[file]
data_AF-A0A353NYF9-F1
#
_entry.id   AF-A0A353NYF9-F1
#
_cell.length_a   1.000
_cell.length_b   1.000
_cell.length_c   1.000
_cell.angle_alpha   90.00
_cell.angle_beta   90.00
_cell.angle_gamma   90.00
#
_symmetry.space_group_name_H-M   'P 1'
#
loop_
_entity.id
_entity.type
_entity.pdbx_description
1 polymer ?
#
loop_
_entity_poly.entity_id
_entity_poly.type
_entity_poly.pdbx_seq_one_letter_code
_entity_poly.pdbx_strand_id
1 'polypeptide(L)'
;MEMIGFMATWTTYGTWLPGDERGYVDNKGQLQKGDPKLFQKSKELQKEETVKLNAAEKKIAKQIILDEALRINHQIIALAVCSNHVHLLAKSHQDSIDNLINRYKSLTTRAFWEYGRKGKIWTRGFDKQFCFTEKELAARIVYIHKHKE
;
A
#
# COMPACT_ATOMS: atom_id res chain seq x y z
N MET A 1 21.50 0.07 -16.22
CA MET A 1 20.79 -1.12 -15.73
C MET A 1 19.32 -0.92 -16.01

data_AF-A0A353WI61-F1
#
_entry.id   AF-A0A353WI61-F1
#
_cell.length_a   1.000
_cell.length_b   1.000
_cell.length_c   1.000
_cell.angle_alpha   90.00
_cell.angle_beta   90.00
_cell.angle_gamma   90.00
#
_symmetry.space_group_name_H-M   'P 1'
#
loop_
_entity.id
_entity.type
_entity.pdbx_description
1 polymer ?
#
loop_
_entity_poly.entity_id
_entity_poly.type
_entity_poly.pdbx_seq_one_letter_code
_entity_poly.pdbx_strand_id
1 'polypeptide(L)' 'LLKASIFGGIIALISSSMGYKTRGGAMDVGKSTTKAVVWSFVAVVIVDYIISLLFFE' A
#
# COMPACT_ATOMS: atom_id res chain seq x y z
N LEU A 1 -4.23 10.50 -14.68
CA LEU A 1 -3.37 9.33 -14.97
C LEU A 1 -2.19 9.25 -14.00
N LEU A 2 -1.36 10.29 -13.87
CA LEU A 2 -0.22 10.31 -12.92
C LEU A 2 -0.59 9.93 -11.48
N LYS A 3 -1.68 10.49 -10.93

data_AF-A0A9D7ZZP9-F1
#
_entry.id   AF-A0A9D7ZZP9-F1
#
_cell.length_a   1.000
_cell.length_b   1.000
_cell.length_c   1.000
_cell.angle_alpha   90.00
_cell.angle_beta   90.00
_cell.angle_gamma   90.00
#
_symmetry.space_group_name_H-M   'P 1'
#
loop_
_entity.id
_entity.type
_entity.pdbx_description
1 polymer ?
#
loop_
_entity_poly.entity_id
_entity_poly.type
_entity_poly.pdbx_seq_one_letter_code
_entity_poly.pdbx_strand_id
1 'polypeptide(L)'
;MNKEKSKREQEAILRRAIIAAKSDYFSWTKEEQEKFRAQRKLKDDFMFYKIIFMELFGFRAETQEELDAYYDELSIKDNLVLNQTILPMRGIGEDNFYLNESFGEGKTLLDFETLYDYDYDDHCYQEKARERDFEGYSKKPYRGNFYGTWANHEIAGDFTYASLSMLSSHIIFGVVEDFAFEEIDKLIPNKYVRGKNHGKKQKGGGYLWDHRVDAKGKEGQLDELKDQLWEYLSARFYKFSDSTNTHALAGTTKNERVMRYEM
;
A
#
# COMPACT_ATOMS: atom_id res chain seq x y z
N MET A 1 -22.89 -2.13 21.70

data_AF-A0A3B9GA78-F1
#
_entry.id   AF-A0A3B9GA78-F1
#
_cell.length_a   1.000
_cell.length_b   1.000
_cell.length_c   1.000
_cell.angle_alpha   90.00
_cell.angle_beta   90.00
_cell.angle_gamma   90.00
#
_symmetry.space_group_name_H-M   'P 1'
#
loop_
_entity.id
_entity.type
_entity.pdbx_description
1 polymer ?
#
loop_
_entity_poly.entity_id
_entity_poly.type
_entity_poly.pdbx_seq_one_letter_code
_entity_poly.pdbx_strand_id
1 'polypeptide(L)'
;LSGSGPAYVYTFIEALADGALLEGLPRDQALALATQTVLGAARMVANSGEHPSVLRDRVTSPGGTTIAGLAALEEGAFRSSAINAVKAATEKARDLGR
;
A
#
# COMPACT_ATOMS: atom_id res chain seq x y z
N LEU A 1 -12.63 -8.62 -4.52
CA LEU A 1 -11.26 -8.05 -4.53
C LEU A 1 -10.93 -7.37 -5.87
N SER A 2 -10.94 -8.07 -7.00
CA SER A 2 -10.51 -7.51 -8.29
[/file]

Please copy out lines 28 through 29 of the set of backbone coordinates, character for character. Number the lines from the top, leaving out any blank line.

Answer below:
A
#